Effects of neuronal nicotinic acetylcholine receptor allosteric modulators in animal behavior studies

Chukchi Campus, Department of Bio-science, College of Rural and Community Development, University of Alaska Fairbanks, P.O. Box-297, Kotzebue, AK. 99752-0297. USA. Electronic address: .
Biochemical pharmacology (Impact Factor: 5.01). 05/2013; 86(8). DOI: 10.1016/j.bcp.2013.05.018
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Nicotinic acetylcholine receptors (nAChRs) are ligand-gated cation-conducting transmembrane channels from the cys-loop receptor superfamily. The neuronal subtypes of these receptors (e.g. the α7 and α4β2 subtypes) are involved in neurobehavioral processes such as anxiety, the central processing of pain, food intake, nicotine seeking behavior, and a number of cognitive functions like learning and memory. Neuronal nAChR dysfunction is involved in the pathophysiology of many neurological disorders, and behavioral studies in animals are useful models to assess the effects of compounds that act on these receptors. Allosteric modulators are ligands that bind to the receptors at sites other than the orthosteric site where acetylcholine, the endogenous agonist for the nAChRs, binds. While conventional ligands for the neuronal nAChRs have been studied for their behavioral effects in animals, allosteric modulators for these receptors have only recently gained attention, and research on their behavioral effects is growing rapidly. Here we will discuss the behavioral effects of allosteric modulators of the neuronal nAChRs.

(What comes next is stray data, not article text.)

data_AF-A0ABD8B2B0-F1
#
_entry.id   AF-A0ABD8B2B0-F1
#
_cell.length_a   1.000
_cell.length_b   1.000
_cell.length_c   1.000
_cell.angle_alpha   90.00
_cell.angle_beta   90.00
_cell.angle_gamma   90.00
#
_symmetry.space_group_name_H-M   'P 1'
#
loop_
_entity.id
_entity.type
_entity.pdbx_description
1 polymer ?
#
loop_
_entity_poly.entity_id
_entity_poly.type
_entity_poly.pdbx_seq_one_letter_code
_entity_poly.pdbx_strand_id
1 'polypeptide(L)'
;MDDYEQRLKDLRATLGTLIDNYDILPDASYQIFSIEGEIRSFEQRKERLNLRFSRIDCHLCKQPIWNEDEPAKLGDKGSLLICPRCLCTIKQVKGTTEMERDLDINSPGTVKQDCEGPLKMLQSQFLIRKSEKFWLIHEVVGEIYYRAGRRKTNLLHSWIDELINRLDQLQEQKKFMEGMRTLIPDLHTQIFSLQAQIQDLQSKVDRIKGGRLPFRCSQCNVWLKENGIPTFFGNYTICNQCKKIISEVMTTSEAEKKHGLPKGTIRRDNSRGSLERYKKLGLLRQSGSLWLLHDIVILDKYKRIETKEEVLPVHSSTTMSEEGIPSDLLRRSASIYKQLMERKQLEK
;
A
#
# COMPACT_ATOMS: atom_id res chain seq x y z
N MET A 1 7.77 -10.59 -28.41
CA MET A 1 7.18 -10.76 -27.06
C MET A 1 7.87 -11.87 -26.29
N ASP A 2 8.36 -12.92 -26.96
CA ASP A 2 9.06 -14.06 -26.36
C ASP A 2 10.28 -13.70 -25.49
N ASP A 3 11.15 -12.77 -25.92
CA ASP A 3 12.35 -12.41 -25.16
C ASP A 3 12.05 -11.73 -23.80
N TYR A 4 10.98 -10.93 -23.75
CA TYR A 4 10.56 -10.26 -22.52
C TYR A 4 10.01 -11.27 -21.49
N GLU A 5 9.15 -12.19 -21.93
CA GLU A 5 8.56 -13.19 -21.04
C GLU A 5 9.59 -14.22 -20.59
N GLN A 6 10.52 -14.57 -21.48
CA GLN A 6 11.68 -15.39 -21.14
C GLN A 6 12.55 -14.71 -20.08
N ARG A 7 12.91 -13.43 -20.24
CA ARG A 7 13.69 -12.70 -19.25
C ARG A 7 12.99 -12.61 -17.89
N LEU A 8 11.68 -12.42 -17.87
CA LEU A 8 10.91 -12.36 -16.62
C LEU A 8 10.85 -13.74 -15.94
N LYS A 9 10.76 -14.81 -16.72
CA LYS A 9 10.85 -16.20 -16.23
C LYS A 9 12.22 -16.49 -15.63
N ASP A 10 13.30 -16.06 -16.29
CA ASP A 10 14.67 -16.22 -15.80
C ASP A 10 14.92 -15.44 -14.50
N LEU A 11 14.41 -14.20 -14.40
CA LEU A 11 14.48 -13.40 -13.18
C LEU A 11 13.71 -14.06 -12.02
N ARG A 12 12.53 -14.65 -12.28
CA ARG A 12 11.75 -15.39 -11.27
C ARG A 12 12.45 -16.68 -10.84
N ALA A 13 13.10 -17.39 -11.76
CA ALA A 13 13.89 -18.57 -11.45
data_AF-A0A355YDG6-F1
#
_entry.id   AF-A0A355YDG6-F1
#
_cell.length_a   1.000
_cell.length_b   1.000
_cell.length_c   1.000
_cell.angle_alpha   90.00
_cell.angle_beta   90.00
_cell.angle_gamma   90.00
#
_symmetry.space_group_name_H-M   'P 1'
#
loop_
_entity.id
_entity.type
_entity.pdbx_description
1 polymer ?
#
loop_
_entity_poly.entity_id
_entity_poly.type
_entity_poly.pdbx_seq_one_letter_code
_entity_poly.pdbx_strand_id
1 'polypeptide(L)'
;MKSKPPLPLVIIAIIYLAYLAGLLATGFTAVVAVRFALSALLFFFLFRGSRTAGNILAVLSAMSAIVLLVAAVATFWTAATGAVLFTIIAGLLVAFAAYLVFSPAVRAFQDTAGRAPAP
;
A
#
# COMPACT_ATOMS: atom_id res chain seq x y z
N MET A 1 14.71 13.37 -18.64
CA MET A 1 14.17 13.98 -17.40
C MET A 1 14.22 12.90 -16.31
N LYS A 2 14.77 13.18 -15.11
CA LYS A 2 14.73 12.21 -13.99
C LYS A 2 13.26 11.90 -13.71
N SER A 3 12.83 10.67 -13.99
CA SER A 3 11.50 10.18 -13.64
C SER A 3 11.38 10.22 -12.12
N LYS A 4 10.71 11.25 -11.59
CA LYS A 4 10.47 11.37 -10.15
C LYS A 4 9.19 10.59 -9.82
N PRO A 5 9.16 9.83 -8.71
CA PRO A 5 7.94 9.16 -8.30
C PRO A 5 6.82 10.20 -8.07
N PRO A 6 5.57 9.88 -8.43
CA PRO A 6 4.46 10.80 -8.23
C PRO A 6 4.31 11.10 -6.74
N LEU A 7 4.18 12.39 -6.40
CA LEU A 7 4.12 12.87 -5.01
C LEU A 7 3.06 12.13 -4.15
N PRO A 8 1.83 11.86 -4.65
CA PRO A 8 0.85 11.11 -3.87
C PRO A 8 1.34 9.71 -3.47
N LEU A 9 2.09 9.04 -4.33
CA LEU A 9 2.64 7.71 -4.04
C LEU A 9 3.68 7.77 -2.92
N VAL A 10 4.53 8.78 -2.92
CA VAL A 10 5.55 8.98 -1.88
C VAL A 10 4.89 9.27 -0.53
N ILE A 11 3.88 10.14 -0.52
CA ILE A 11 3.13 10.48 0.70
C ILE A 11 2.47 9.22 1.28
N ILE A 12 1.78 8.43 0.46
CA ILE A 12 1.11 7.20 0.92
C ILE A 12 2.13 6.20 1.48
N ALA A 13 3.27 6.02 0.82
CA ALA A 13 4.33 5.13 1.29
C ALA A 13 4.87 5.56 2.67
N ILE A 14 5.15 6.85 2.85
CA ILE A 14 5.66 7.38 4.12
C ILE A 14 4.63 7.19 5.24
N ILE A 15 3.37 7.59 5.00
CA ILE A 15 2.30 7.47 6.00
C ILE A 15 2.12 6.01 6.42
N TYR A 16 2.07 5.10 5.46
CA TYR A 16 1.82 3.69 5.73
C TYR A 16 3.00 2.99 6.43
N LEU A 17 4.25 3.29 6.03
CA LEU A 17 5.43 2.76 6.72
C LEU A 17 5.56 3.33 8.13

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Available from: Anshul Pandya, Feb 20, 2015